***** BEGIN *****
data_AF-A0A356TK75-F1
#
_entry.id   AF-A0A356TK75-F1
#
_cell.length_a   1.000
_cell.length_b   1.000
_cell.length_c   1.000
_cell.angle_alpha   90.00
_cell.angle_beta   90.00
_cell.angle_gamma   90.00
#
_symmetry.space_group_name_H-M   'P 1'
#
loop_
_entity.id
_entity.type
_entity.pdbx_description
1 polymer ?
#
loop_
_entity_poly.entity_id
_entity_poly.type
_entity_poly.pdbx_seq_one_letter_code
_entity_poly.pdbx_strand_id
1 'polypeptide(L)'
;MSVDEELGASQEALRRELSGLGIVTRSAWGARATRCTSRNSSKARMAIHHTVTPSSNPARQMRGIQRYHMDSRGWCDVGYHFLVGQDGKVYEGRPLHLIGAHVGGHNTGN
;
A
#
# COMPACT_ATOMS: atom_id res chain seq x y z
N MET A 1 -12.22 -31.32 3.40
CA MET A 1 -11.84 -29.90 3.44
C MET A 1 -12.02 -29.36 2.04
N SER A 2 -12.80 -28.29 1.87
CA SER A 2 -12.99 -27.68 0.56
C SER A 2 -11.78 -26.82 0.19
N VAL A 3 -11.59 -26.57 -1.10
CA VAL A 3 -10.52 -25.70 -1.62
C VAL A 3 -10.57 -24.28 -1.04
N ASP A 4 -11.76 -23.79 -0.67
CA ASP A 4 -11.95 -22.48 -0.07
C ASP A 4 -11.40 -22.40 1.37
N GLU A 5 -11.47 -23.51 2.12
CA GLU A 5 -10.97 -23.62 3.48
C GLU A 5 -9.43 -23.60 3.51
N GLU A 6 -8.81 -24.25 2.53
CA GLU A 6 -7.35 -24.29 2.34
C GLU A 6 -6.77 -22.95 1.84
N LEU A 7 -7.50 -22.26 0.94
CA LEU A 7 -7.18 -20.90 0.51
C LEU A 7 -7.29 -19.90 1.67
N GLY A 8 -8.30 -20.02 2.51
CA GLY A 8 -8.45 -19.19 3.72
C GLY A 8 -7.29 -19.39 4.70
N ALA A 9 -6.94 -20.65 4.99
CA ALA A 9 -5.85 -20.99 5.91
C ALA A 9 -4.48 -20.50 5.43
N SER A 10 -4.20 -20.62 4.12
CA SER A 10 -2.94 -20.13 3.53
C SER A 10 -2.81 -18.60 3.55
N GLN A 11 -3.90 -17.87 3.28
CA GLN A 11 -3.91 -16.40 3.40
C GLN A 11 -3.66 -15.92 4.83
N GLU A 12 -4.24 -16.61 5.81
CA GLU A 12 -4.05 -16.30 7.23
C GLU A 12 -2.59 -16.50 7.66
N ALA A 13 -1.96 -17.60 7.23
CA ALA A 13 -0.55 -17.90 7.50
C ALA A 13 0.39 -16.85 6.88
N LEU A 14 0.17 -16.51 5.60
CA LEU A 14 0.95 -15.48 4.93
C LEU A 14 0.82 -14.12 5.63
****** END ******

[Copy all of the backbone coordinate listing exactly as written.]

data_AF-A0A356TK75-F1
#
_entry.id   AF-A0A356TK75-F1
#
_cell.length_a   1.000
_cell.length_b   1.000
_cell.length_c   1.000
_cell.angle_alpha   90.00
_cell.angle_beta   90.00
_cell.angle_gamma   90.00
#
_symmetry.space_group_name_H-M   'P 1'
#
loop_
_entity.id
_entity.type
_entity.pdbx_description
1 polymer ?
#
loop_
_entity_poly.entity_id
_entity_poly.type
_entity_poly.pdbx_seq_one_letter_code
_entity_poly.pdbx_strand_id
1 'polypeptide(L)'
;MSVDEELGASQEALRRELSGLGIVTRSAWGARATRCTSRNSSKARMAIHHTVTPSSNPARQMRGIQRYHMDSRGWCDVGYHFLVGQDGKVYEGRPLHLIGAHVGGHNTGN
;
A
#
# COMPACT_ATOMS: atom_id res chain seq x y z
N MET A 1 -12.22 -31.32 3.40
CA MET A 1 -11.84 -29.90 3.44
C MET A 1 -12.02 -29.36 2.04
N SER A 2 -12.80 -28.29 1.87
CA SER A 2 -12.99 -27.68 0.56
C SER A 2 -11.78 -26.82 0.19
N VAL A 3 -11.59 -26.57 -1.10
CA VAL A 3 -10.52 -25.70 -1.62
C VAL A 3 -10.57 -24.28 -1.04
N ASP A 4 -11.76 -23.79 -0.67
CA ASP A 4 -11.95 -22.48 -0.07
C ASP A 4 -11.40 -22.40 1.37
N GLU A 5 -11.47 -23.51 2.12
CA GLU A 5 -10.97 -23.62 3.48
C GLU A 5 -9.43 -23.60 3.51
N GLU A 6 -8.81 -24.25 2.53
CA GLU A 6 -7.35 -24.29 2.34
C GLU A 6 -6.77 -22.95 1.84
N LEU A 7 -7.50 -22.26 0.94
CA LEU A 7 -7.18 -20.90 0.51
C LEU A 7 -7.29 -19.90 1.67
N GLY A 8 -8.30 -20.02 2.51
CA GLY A 8 -8.45 -19.19 3.72
C GLY A 8 -7.29 -19.39 4.70
N ALA A 9 -6.94 -20.65 4.99
CA ALA A 9 -5.85 -20.99 5.91
C ALA A 9 -4.48 -20.50 5.43
N SER A 10 -4.20 -20.62 4.12
CA SER A 10 -2.94 -20.13 3.53
C SER A 10 -2.81 -18.60 3.55
N GLN A 11 -3.90 -17.87 3.28
CA GLN A 11 -3.91 -16.40 3.40
C GLN A 11 -3.66 -15.92 4.83
N GLU A 12 -4.24 -16.61 5.81
CA GLU A 12 -4.05 -16.30 7.23
C GLU A 12 -2.59 -16.50 7.66
N ALA A 13 -1.96 -17.60 7.23
CA ALA A 13 -0.55 -17.90 7.50
C ALA A 13 0.39 -16.85 6.88
N LEU A 14 0.17 -16.51 5.60
CA LEU A 14 0.95 -15.48 4.93
C LEU A 14 0.82 -14.12 5.63